Meredith Kearney: Coping through cosplay
I don't think there is any concise way of putting into words how lupus has changed my life. I can't do many things anymore. I can't work because the instability and unpredictability of the disease makes it difficult to keep a typical job.
I had my first major flare in June of 2013, which was the first sign that something was wrong as the symptoms were sudden and very serious. I suffered a pulmonary embolism and thereafter could no longer walk or stand from excruciating pain in my legs. It took two emergency room trips immediately after the flare started, and several follow-ups until I was referred by a neurologist, who found nothing neurologically wrong with me, to a rheumatologist, because he suspected my symptoms might be from lupus. I was diagnosed with lupus and Sjogren's syndrome about six months later.
Lupus forced me to give up my favorite hobby, playing Dance Dance Revolution. Dance games were my way to manage stress and feel good about myself, and it's been hard finding an alternative for it.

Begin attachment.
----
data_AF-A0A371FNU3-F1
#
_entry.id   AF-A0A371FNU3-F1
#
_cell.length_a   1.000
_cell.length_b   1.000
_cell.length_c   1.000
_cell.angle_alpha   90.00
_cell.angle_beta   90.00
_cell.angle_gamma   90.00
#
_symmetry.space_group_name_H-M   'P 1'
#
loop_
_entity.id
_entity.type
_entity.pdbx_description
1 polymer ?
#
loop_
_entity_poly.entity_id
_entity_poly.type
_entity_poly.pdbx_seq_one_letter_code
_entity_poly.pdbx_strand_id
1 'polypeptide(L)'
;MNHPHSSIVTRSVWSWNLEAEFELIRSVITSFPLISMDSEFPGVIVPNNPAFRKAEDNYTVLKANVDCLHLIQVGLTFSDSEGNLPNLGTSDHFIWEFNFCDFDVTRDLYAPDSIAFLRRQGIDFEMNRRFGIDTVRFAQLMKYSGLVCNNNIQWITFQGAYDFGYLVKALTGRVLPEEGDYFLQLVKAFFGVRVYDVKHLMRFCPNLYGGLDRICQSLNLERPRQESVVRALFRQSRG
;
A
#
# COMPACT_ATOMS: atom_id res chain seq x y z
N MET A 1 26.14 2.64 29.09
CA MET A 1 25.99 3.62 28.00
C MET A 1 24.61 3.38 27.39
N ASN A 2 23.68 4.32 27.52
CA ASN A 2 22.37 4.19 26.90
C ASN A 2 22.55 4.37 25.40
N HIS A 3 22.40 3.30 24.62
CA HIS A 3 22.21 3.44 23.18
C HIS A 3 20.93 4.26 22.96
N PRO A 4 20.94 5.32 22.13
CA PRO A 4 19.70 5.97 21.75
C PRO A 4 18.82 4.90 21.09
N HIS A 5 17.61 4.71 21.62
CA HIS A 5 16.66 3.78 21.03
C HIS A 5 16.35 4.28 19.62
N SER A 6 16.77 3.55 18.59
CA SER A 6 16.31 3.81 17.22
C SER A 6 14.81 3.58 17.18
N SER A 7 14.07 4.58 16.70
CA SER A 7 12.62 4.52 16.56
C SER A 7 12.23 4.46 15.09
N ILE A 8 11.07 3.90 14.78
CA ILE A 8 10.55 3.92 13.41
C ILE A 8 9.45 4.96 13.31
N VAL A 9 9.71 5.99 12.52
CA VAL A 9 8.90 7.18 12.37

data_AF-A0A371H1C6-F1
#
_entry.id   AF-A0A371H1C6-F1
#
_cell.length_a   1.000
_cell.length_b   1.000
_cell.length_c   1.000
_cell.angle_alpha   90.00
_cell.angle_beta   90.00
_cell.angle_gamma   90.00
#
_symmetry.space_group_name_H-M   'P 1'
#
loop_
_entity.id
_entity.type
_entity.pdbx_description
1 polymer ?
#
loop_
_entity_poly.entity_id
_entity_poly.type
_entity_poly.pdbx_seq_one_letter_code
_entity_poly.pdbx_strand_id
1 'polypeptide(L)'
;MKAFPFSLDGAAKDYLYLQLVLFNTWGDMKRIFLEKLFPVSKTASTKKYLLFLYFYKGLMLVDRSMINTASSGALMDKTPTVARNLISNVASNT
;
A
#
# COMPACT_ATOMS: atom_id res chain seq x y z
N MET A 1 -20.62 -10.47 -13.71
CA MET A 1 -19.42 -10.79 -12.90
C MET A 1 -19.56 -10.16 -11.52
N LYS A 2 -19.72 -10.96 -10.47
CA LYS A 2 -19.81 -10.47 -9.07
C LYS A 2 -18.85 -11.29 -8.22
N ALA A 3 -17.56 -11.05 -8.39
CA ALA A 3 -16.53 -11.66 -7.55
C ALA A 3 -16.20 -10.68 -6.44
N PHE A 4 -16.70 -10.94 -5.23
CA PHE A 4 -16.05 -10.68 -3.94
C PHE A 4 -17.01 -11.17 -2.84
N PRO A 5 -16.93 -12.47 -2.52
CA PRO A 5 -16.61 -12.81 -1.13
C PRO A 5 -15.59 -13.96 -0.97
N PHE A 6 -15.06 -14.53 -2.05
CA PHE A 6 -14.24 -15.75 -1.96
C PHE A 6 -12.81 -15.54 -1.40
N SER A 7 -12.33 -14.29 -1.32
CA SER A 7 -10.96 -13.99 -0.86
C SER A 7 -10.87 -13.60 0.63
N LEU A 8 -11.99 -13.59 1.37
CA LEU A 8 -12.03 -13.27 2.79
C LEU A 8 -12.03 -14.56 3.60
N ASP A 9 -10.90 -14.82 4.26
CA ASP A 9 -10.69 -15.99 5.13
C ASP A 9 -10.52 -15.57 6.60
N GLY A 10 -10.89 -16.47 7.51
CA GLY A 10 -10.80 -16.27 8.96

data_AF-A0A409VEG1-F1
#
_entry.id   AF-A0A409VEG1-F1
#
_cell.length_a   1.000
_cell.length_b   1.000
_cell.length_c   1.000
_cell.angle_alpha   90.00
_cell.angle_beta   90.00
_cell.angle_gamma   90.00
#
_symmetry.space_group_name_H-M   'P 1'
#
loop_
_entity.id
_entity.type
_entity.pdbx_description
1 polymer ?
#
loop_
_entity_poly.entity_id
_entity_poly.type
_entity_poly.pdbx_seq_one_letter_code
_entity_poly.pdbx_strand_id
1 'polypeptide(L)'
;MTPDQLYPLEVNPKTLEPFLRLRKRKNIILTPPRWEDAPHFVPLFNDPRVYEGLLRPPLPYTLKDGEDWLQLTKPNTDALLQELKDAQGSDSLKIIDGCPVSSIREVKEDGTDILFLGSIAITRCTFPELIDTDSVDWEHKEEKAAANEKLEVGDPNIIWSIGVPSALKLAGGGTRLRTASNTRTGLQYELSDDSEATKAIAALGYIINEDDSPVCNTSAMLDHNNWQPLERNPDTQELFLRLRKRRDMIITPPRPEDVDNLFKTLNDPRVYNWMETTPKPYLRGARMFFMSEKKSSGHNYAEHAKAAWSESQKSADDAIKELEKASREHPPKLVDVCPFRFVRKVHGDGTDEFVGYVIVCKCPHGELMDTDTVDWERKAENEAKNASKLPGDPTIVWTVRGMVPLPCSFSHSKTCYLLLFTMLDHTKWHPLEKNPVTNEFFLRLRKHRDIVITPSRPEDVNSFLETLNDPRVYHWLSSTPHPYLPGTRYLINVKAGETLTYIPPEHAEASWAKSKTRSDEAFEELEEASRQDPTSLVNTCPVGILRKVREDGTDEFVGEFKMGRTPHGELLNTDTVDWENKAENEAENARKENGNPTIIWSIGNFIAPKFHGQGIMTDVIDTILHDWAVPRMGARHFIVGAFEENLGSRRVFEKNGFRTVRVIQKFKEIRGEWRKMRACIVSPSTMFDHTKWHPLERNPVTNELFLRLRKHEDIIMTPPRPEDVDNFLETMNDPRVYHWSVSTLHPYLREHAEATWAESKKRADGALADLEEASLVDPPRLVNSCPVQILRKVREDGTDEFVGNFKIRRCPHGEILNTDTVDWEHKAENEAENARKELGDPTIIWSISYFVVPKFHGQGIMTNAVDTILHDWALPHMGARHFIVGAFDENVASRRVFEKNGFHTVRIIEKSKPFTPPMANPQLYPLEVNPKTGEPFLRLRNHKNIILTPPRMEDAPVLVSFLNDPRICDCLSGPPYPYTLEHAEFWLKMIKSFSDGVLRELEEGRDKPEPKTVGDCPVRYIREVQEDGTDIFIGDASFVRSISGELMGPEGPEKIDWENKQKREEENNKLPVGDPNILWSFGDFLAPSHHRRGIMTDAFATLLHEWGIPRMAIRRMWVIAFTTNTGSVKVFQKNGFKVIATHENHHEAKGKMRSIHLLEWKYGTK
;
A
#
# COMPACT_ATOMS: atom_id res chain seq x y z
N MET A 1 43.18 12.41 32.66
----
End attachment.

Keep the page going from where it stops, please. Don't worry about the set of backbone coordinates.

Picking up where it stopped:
One of the hobbies I’ve picked up since being diagnosed with lupus is cosplay, which involves dressing up like fictional characters, often from video games and comic books. As a disabled cosplayer and disability advocate with lupus, I wanted to come up with a way to get the cosplay community involved in showing support, raising awareness and funds for the Lupus Foundation of America. So last May, I created Put on Purple (POP) Cosplay Day, on the same day as the Foundation’s POP day. On that day, cosplayers are encouraged to post pictures in their purple cosplays to social media with the hashtag #putonpurplecosplays to support those affected by lupus and in turn, get people talking about the disease.
In addition to encouraging people to put on purple cosplay, I also participated in a livestream on Twitch.TV that raised nearly $2,000 for the Lupus Foundation of America. I answered questions about lupus for people in the chat and donations let people vote on what games were played during the stream.
I use my gaming and cosplay as a platform to raise awareness about lupus, chronic/invisible illness, and disability in general, to the best of my ability and knowledge. I'd like to think that it not only helps educate people, but also has connected me with many supportive people as well.
Like Meredith, you can Make Your Mark™ in the fight against lupus. Visit lupus.org/makeyourmark to get started!
is a gamer and cosplayer who was diagnosed with lupus in late 2013. She has since used her passions and platforms to raise support, money and awareness for lupus.